LATINO VOICES
12/30/2013 10:08 am ET

Medellin Musician Exchange Program Gives Fellows Life Changing Experience

Medioimages/Photodisc via Getty Images

In a new initiative with the New World Symphony, began the Medellin Musician Exchange Program, where 20 fellows of Miami go to Medellin and 10 fellows of Colombia go to Miami.

For 21-year-old Juan Sebastian Forero Jaramillo, residing in Miami, Fla. for three months has been an experience that has changed his life.

He and his colleague, Santiago Bernal Montaña, are two young aspiring cellists from Colombia that traveled to the sunshine state in an exchange program between the New World Symphony in Miami and the Academia Filarmonica de Medellin in Colombia to expand their knowledge and passion of classical music.

“We came here and they [New World Symphony] began giving us lessons with the fellows. This is a really good place where we can learn a lot,” Juan Sebastian said about the program that caused him to have bigger priorities and ideas.

Santiago, 20, agreed.

“This is wonderful for us,” he told VOXXI, “we are getting the opportunity and lessons we need to become professional musicians.”

The Academia Filarmonica de Medellin is a program that began a few years ago and brings together a group of young musicians with different music institutions, giving young people the opportunity to learn music.

The project is under the wing of the famous Colombian orchestra, Medellin Filarmonica.

The initial of the exchange was during the 2010-2011 season. This year it kicked off its third year.

“The type of exchange that we use to do in the last three years was for one week,” Santiago said. “At the end of the week, the fellows from Colombia would have the opportunity to play a concert in Miami.”

This year, however, the program took a new approach and for the first time they offered residency in Miami for three months.

This gives the two Colombian cellists the opportunity gain maximum experience in a famous classical music institution known for its leadership, organization and level of performance.

For Juan Sebastian, the musicians in Miami are really good and the best at sharing their knowledge and work.

“It’s beneficial to us and the New World Symphony is a good place to learn, grow and play better,” he said.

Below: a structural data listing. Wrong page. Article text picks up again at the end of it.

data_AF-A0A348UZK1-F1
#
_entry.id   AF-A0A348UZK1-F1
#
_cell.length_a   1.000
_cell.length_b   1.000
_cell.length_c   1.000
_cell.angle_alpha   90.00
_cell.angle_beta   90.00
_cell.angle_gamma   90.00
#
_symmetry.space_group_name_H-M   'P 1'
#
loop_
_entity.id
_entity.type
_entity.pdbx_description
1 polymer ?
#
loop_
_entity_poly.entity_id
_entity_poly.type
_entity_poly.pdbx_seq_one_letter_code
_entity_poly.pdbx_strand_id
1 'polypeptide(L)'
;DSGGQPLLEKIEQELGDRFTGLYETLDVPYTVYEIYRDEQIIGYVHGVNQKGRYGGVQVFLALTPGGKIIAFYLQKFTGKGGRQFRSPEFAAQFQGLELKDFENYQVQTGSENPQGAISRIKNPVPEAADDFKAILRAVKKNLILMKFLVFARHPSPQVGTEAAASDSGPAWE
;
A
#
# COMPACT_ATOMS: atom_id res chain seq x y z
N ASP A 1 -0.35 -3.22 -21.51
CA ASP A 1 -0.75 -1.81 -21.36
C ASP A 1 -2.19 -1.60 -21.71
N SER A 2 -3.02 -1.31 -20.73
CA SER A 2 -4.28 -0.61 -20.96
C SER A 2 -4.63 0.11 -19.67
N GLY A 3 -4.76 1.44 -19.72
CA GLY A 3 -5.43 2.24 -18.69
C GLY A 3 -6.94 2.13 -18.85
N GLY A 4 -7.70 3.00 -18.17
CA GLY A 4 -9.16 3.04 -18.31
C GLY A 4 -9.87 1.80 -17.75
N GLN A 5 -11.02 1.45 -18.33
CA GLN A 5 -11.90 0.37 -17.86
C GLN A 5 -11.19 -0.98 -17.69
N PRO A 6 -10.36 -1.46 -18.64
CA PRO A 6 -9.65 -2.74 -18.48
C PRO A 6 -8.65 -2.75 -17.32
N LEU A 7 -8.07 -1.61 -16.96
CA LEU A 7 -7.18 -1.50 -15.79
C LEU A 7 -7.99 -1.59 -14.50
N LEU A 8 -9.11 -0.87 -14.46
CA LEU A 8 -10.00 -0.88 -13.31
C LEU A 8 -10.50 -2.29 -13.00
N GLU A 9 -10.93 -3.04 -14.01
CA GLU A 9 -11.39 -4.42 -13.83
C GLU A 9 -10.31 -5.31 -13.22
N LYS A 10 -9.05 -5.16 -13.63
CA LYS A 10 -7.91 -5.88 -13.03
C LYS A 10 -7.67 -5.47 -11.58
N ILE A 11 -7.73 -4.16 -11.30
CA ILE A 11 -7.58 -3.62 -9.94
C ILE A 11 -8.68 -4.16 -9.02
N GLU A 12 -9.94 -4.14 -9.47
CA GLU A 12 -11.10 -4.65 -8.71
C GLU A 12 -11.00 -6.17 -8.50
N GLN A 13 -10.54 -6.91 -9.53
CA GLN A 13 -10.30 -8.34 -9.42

The Medellin Musician Exchange Program is a really big project.

The musicians feel it is the perfect way to help the classical music movement in Medellin become known.

Challenges of being a classical musician in Colombia

Both Santiago and Juan Sebastian have been playing the cello for over a decade.

They agreed that being a cellist in Medellin has been quite the challenge.

“A lot of people in our country are not related to classical music because they are not that aware of it,” Santiago said.
It’s challenging because in cities like Medellin, people primarily listen to genres like tropical or rock.

Juan Sebastian said that with good ideas and great knowledge of classical music, it’s possible to change the outlook of the city with the genre.

“We need to open the doors to classical music in our city,” said Juan Sebastian.

“This culture is lacking in Medellin and it’s necessary to share this art with our city and the rest of Colombia.”

These two cellists are among many aspiring classical musicians in Latin America.

With opportunities like the Medellin Musician Exchange Program, they hope to expand the classical music movement and eventually many people will enjoy the genre and it’ll be known through every generation.

Santiago Bernal Montaña’s and Juan Sebastian Forero Jaramillo’s three-month journey in Miami ended after following a successful performance on December 12 at the New World Symphony stage.

More on Medellin Musician Exchange Program

Originally published on VOXXI as Medellin Musician Exchange Program: Colombian cellists chasing classical music dream

HuffPost

BEFORE YOU GO

PHOTO GALLERY
21 Reasons Colombians Are Happy
CONVERSATIONS